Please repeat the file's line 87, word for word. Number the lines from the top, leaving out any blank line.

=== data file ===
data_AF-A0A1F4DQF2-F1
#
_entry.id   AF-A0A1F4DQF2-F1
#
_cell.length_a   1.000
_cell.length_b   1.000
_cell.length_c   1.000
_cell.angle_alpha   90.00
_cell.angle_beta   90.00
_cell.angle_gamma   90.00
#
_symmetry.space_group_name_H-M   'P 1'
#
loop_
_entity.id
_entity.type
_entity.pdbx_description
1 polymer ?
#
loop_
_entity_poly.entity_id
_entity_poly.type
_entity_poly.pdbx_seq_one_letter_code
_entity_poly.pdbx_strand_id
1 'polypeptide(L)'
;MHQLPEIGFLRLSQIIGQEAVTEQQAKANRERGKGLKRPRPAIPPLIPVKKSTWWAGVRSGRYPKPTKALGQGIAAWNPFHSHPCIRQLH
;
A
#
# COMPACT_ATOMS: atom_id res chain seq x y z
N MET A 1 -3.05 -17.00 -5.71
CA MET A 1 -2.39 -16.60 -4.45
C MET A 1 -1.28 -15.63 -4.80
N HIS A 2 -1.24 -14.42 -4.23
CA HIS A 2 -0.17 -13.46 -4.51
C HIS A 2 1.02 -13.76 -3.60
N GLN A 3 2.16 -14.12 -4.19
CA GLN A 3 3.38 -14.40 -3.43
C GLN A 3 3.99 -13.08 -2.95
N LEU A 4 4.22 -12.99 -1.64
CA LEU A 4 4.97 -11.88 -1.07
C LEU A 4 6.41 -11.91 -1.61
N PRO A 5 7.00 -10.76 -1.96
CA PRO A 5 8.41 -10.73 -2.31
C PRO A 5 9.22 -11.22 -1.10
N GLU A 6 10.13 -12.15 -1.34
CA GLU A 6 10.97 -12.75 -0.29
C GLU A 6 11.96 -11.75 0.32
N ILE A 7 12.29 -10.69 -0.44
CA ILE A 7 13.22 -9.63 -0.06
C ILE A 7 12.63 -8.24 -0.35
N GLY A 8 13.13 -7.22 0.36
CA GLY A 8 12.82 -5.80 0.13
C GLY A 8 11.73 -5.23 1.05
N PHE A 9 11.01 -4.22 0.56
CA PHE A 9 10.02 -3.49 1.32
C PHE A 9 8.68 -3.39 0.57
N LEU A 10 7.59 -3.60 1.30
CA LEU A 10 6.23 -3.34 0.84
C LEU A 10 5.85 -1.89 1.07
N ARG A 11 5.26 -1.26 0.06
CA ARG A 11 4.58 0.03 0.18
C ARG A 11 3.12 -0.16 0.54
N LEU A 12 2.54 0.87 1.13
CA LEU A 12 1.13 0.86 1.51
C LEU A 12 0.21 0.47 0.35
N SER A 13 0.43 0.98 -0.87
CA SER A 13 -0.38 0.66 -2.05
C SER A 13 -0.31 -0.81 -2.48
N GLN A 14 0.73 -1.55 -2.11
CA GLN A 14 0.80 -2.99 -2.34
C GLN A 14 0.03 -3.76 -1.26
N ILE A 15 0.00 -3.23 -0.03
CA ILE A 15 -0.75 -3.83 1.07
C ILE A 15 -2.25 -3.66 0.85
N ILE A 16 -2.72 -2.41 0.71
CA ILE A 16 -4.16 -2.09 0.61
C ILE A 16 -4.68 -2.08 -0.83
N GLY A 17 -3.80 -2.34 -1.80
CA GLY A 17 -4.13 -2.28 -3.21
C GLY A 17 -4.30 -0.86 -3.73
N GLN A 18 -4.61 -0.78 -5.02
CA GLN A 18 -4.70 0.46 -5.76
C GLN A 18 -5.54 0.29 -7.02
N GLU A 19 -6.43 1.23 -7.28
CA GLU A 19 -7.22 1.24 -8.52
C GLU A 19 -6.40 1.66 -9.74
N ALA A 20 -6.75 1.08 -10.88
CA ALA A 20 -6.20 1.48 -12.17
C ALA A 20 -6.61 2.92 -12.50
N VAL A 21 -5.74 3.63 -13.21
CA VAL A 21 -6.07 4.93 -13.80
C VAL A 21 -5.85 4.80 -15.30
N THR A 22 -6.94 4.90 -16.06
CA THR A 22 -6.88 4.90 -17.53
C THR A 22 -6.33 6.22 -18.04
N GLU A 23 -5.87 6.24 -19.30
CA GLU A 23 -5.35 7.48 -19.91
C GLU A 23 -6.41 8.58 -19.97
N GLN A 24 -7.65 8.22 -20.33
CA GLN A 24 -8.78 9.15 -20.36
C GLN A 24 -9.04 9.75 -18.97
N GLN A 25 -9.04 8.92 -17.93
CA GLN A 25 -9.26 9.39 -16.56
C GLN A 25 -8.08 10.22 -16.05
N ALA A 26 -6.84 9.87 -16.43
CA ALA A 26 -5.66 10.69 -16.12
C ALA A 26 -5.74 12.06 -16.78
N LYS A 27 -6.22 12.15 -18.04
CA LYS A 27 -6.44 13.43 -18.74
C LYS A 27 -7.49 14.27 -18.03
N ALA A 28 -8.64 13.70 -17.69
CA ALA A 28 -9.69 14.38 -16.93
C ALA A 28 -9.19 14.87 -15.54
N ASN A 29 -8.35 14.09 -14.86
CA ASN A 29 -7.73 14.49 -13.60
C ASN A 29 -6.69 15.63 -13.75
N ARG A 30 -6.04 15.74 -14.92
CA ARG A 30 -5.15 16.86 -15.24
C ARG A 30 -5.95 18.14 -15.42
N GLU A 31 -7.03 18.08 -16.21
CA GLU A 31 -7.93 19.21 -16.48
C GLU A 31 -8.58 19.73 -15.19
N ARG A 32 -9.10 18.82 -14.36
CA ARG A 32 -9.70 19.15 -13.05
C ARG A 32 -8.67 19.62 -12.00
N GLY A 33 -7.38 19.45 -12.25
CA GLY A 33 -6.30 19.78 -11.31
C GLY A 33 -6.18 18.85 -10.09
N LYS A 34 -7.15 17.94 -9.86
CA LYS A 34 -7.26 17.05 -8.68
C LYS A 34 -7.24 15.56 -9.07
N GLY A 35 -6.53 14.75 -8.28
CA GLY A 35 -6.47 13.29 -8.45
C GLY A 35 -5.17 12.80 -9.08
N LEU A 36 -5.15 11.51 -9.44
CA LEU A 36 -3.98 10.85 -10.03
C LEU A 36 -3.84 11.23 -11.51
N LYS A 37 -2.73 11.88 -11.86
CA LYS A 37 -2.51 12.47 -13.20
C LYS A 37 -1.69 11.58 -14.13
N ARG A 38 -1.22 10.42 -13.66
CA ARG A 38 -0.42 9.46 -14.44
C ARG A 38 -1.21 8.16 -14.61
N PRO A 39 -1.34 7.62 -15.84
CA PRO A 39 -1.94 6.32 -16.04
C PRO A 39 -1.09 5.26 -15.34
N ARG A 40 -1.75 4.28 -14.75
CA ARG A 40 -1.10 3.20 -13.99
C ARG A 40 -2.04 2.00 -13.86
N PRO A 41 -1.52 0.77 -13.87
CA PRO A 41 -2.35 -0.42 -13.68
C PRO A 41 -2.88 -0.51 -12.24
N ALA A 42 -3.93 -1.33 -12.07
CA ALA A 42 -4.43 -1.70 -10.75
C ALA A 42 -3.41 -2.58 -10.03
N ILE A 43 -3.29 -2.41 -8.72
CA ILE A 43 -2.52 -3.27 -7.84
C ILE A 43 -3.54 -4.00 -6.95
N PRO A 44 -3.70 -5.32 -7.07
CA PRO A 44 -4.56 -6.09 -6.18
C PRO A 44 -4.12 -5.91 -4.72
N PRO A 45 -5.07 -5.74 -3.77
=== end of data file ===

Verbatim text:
C GLU A 19 -6.40 1.66 -9.74